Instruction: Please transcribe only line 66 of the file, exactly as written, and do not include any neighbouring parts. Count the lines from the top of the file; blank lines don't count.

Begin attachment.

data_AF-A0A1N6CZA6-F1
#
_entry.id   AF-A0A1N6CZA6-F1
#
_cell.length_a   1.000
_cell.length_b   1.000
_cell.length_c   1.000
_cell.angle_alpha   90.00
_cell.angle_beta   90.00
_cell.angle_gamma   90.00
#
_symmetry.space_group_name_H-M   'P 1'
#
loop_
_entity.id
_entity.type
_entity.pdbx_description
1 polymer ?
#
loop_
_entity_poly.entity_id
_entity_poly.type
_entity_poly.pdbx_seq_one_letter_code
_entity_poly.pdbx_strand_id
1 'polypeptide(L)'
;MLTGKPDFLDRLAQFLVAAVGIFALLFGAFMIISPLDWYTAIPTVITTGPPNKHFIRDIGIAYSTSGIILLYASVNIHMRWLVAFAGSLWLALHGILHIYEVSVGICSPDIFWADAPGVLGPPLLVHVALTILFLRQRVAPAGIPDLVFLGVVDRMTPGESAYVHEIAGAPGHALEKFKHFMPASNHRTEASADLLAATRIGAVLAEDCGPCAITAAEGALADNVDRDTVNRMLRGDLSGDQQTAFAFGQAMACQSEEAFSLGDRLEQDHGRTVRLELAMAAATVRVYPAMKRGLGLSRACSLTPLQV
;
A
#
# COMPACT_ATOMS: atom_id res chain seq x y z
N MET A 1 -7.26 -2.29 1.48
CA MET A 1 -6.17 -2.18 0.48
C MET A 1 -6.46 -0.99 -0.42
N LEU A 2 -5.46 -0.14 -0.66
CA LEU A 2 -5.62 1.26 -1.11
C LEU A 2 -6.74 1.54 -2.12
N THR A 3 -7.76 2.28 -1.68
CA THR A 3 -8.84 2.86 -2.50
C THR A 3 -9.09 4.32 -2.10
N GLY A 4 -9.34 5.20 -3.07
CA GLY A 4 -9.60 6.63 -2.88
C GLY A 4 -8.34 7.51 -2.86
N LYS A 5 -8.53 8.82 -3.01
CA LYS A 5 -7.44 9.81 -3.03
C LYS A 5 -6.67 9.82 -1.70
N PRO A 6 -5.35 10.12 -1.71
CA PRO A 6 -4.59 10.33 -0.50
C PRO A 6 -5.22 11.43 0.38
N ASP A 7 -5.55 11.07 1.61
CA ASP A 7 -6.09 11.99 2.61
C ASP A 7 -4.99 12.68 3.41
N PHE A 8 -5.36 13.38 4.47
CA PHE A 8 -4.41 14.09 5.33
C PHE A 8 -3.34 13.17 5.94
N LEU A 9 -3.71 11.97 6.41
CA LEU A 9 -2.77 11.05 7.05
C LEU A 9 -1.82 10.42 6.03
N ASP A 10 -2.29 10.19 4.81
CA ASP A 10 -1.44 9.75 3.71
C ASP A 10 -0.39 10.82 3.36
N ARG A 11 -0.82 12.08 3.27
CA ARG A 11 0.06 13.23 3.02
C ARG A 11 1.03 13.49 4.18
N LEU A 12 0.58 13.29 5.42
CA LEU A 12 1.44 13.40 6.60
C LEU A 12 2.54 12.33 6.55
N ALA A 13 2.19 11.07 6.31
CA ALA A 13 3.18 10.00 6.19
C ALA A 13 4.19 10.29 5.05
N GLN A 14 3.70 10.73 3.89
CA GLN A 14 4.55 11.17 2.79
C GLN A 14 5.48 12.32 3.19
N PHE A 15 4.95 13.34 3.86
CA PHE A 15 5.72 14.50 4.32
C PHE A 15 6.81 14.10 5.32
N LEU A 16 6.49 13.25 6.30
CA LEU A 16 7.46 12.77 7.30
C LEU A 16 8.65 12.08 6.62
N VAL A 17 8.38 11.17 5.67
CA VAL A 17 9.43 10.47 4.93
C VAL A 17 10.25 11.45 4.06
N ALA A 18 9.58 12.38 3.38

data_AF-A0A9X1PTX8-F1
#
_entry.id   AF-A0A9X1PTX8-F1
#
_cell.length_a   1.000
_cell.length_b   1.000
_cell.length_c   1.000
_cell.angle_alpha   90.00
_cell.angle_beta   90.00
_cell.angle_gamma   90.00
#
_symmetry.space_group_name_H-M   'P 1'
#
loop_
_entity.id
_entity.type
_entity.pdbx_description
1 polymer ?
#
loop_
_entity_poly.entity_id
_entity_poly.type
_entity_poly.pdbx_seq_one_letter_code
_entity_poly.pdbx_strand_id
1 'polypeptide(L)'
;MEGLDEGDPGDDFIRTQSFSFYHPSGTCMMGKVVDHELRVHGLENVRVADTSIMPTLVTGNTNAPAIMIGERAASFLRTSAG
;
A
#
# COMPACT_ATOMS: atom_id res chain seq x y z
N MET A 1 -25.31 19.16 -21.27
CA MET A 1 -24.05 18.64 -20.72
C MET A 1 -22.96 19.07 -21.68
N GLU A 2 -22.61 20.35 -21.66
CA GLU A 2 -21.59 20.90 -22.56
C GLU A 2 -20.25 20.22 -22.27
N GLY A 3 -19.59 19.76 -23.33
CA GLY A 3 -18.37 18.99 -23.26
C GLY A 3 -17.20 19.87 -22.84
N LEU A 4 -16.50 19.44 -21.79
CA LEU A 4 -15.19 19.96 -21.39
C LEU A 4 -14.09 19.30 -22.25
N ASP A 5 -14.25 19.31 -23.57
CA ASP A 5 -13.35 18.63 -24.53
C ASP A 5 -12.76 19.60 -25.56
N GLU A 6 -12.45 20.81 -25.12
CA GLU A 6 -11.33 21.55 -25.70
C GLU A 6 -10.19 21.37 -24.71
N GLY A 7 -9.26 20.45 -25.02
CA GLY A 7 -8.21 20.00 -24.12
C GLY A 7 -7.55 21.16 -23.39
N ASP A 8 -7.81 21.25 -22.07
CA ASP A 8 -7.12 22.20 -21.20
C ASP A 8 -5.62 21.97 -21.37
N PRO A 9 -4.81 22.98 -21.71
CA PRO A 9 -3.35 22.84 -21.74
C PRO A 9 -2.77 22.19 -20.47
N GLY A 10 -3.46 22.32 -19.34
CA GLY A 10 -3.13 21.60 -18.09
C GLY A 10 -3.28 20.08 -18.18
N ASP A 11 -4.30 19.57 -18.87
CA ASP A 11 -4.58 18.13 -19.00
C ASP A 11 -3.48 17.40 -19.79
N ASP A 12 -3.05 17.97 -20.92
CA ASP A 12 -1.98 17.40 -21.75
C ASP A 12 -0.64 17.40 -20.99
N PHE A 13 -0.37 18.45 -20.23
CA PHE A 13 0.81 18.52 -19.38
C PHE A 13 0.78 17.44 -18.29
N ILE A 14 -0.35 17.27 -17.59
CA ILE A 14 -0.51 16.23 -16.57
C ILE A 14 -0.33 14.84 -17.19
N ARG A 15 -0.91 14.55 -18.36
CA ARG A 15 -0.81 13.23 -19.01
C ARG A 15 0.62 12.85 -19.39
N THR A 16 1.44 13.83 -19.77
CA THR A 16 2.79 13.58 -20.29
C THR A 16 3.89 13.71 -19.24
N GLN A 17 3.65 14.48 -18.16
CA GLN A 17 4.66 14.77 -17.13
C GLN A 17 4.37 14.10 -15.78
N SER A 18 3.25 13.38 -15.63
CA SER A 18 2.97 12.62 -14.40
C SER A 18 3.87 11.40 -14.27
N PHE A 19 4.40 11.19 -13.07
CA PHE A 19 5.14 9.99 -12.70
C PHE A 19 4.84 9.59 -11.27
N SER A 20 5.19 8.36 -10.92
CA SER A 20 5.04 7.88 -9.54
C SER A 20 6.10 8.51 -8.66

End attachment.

C LEU A 12 2.54 12.33 6.55